I started running in March 2015. My first run as an adult was about five miles and it was ugly. My running partner and friend, on the contrary—former collegiate distance runner that she is, was agile and fast. So fast in fact, I still joke that she brings her wings to races. My chest felt like it would crack. My legs were aflame and I couldn’t imagine doing it again. But I did.
For several runs afterward my body hated the first two miles. I’m not entirely sure how I pushed through or why I even wanted to—but somewhere the pain gave way to strength. The runs became more consistent and mileage grew until the next challenge was to enter a race.
Around Halloween I accomplished my first 12K and during Christmas vacation,my first half marathon—a fact that completely amazes me. Equally amazing, was learning about myself in the process.
A half marathon is 13.1 miles. A really fast person might finish around one hour and 20 minutes (running a six-minute mile, by the way, is pretty darn fast!). A lot of competent runners might shoot to finish under 2 hours (about a 9 minute mile—also fast). I knew these numbers and I also knew how I performed in training and figured I’d be happy finishing in less than two-and-a-half-hours. (To put that in context, that’s running, at a sustainable pace for as long as a feature film). Of course, the faster I ran, the sooner I’d finish but in order to finish, pacing was crucial. Complicated, right?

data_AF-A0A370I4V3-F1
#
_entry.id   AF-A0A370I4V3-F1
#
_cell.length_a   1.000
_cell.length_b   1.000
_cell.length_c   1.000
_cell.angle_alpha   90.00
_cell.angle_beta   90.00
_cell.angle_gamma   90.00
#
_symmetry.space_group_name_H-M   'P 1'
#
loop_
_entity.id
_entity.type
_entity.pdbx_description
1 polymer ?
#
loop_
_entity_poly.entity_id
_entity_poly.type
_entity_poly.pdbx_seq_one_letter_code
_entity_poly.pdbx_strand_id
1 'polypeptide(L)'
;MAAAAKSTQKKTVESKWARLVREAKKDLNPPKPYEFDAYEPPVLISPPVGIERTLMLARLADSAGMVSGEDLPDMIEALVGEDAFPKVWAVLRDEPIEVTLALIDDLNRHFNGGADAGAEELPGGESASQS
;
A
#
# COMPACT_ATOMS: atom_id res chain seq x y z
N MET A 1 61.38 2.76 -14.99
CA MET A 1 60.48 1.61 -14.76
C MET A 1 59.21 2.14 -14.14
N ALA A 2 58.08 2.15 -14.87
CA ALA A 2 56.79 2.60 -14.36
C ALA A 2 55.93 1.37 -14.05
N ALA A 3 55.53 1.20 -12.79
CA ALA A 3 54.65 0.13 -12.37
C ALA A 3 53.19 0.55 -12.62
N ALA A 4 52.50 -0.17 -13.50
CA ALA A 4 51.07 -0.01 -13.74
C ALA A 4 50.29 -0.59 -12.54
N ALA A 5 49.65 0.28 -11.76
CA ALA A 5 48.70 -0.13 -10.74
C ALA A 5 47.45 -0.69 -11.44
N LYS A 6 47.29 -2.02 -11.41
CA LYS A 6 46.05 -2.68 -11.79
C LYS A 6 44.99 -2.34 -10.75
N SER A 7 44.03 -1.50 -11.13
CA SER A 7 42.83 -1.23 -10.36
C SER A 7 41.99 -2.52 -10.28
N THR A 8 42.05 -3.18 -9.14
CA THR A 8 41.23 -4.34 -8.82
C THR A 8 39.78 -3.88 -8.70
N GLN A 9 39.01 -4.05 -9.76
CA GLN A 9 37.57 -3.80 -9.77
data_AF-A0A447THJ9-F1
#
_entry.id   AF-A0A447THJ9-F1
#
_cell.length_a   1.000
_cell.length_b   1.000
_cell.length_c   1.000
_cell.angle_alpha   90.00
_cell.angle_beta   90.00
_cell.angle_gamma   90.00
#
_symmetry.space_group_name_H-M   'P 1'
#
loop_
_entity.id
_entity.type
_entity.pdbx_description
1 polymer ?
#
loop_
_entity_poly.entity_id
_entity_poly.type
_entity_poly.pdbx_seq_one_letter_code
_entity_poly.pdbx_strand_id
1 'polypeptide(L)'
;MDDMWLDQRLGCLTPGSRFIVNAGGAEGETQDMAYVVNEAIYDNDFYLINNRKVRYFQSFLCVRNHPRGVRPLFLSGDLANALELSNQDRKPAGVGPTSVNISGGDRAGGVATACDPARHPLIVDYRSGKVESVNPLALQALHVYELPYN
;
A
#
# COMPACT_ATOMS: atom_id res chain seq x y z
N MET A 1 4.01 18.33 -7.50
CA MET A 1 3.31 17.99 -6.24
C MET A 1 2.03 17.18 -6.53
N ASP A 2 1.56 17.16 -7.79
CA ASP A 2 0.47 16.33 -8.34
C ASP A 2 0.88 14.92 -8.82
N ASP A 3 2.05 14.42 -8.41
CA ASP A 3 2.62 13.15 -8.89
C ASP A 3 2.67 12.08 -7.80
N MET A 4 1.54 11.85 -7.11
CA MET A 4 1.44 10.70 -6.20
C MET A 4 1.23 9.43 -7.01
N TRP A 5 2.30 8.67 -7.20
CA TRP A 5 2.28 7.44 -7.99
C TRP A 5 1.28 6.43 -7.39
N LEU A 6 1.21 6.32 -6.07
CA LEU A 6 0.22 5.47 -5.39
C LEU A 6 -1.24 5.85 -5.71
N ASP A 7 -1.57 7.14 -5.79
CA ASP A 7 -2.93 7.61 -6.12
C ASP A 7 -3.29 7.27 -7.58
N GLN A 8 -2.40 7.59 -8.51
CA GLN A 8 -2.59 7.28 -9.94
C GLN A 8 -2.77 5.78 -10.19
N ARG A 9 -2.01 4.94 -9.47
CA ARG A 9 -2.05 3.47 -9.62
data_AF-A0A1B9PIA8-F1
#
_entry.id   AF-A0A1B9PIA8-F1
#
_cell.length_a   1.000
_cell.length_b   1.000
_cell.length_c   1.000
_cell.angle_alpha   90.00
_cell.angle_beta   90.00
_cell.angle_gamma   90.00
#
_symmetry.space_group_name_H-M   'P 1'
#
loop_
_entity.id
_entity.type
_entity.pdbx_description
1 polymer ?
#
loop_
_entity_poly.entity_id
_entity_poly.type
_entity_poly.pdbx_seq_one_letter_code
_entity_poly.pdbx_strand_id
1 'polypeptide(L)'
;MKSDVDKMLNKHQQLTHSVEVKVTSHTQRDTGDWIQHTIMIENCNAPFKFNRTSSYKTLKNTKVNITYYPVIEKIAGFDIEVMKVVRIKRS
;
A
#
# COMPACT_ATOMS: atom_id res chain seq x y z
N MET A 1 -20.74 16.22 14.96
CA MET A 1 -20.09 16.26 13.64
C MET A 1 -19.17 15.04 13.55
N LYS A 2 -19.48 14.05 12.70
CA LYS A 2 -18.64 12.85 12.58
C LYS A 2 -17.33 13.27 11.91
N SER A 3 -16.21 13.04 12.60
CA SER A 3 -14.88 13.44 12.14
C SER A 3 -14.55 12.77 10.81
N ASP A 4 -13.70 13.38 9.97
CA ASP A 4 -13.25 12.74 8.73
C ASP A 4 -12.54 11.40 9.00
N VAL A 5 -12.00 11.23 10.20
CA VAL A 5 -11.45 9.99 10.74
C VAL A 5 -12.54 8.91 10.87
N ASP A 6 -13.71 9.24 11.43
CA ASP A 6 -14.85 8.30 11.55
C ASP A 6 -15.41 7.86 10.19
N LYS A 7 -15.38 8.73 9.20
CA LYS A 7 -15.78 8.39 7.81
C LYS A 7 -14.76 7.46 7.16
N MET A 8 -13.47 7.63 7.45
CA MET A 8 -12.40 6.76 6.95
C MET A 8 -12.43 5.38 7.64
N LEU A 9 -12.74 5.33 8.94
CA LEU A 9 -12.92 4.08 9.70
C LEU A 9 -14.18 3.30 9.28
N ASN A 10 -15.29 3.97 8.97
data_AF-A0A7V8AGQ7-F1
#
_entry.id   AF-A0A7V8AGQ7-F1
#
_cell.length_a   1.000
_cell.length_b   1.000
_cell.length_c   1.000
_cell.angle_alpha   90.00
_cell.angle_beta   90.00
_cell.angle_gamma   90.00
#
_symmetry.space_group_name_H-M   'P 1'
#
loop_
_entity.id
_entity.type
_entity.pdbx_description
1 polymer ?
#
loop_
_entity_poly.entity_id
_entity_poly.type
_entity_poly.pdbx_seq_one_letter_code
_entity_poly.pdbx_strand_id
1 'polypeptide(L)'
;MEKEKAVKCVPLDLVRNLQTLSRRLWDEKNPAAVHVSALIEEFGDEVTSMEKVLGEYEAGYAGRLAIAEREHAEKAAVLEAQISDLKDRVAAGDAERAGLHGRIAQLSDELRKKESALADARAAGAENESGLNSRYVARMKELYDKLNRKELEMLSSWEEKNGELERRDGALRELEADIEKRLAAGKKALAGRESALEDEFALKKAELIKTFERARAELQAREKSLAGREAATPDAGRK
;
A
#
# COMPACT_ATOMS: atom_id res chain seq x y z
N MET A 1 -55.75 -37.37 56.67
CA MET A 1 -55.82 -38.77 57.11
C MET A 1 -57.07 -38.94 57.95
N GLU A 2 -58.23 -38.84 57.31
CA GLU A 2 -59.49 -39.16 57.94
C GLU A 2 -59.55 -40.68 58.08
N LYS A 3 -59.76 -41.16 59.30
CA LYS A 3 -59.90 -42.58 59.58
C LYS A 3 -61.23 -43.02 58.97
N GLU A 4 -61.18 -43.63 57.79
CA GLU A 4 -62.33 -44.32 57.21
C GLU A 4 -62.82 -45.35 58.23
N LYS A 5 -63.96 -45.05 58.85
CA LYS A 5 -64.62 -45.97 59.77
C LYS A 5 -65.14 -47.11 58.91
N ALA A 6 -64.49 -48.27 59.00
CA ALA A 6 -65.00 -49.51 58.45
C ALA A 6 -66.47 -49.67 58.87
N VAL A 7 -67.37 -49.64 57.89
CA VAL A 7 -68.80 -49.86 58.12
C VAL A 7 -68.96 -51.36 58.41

Here’s my lightbulb moment. After about 10 miles it started to get hard. Really hard. I thought about stopping. I thought about walking the rest of the race. I said to myself, “If I hold back, if I take a break, when I don’t meet my goal, at least I’ll have a reason—an excuse.” The alternative was giving it all I had and facing the reality that my very best effort was…inadequate.
And that’s the reason we self-sabotage, isn’t it? We don’t want to give our best effort only to realize it wasn’t good enough. If we hold back, then we can excuse our “almost” and we can tell ourselves there will be a “next time.” We can hide behind our fear, keep our pride intact and feel justified in our near miss.
Somewhere around mile 10, I saw this rationale for what it is…a lie.
I would not give this race anything less than my best and whatever time I achieved at the finish line would be an honest representation of my ability. Pride be dammed.
I ran on through the rain and snow. I ran on despite soaking attire and blistered feet. I ran my fastest even though older people and heavier people zoomed past me. I did my best.
I crossed the finish line with an official time of 2:06:37, 9 minutes and 36 seconds per mile, which was a faster pace than my best training run.
I earned myself a gorgeous medal and a T-Shirt but I also earned the opportunity to see what I’m made of--when I’m really trying. I learned I can be alone with myself for a couple hours and not go crazy. I learned my body—every inch of it, is faithful and wonderful. I learned that training really works—when you work it. Most importantly, I learned my best is good enough.
There is something profound that happens to you when you push your body to its limits—and live to tell the tale. So go ahead and start training for that big race and leave your fear and doubt where they belong—in the dust.